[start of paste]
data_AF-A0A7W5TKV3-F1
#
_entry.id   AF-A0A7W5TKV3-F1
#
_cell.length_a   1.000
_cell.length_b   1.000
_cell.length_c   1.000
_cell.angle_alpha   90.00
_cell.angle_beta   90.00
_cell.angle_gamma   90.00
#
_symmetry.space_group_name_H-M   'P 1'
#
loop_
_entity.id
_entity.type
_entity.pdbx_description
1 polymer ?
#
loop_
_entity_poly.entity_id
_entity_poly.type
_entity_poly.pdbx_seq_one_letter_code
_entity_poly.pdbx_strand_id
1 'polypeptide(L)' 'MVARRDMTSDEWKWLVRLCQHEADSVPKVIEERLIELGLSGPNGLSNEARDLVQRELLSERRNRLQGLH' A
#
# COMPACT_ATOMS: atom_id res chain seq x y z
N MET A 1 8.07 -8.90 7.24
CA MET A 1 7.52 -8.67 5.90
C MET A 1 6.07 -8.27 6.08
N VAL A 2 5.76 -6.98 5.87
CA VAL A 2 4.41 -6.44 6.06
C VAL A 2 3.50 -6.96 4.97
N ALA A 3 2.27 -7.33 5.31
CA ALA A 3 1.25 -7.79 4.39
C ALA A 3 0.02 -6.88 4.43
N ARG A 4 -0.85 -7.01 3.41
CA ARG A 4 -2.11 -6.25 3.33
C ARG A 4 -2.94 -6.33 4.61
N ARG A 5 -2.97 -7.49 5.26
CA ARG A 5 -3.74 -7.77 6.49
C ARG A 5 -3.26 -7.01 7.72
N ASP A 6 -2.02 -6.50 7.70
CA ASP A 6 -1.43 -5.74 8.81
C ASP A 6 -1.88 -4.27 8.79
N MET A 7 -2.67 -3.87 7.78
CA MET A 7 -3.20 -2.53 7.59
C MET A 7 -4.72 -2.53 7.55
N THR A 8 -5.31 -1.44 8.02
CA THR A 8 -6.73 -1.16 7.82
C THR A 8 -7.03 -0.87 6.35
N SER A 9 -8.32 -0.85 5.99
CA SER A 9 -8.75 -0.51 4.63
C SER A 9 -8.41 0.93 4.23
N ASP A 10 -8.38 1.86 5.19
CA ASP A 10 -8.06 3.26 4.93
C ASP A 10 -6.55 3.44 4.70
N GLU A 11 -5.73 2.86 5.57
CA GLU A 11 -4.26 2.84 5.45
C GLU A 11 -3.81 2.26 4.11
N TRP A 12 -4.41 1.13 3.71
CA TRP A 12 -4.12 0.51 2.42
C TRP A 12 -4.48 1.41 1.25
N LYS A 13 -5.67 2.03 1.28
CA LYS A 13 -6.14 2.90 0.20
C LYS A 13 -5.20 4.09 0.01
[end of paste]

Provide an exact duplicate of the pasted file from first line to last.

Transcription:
data_AF-A0A7W5TKV3-F1
#
_entry.id   AF-A0A7W5TKV3-F1
#
_cell.length_a   1.000
_cell.length_b   1.000
_cell.length_c   1.000
_cell.angle_alpha   90.00
_cell.angle_beta   90.00
_cell.angle_gamma   90.00
#
_symmetry.space_group_name_H-M   'P 1'
#
loop_
_entity.id
_entity.type
_entity.pdbx_description
1 polymer ?
#
loop_
_entity_poly.entity_id
_entity_poly.type
_entity_poly.pdbx_seq_one_letter_code
_entity_poly.pdbx_strand_id
1 'polypeptide(L)' 'MVARRDMTSDEWKWLVRLCQHEADSVPKVIEERLIELGLSGPNGLSNEARDLVQRELLSERRNRLQGLH' A
#
# COMPACT_ATOMS: atom_id res chain seq x y z
N MET A 1 8.07 -8.90 7.24
CA MET A 1 7.52 -8.67 5.90
C MET A 1 6.07 -8.27 6.08
N VAL A 2 5.76 -6.98 5.87
CA VAL A 2 4.41 -6.44 6.06
C VAL A 2 3.50 -6.96 4.97
N ALA A 3 2.27 -7.33 5.31
CA ALA A 3 1.25 -7.79 4.39
C ALA A 3 0.02 -6.88 4.43
N ARG A 4 -0.85 -7.01 3.41
CA ARG A 4 -2.11 -6.25 3.33
C ARG A 4 -2.94 -6.33 4.61
N ARG A 5 -2.97 -7.49 5.26
CA ARG A 5 -3.74 -7.77 6.49
C ARG A 5 -3.26 -7.01 7.72
N ASP A 6 -2.02 -6.50 7.70
CA ASP A 6 -1.43 -5.74 8.81
C ASP A 6 -1.88 -4.27 8.79
N MET A 7 -2.67 -3.87 7.78
CA MET A 7 -3.20 -2.53 7.59
C MET A 7 -4.72 -2.53 7.55
N THR A 8 -5.31 -1.44 8.02
CA THR A 8 -6.73 -1.16 7.82
C THR A 8 -7.03 -0.87 6.35
N SER A 9 -8.32 -0.85 5.99
CA SER A 9 -8.75 -0.51 4.63
C SER A 9 -8.41 0.93 4.23
N ASP A 10 -8.38 1.86 5.19
CA ASP A 10 -8.06 3.26 4.93
C ASP A 10 -6.55 3.44 4.70
N GLU A 11 -5.73 2.86 5.57
CA GLU A 11 -4.26 2.84 5.45
C GLU A 11 -3.81 2.26 4.11
N TRP A 12 -4.41 1.13 3.71
CA TRP A 12 -4.12 0.51 2.42
C TRP A 12 -4.48 1.41 1.25
N LYS A 13 -5.67 2.03 1.28
CA LYS A 13 -6.14 2.90 0.20
C LYS A 13 -5.20 4.09 0.01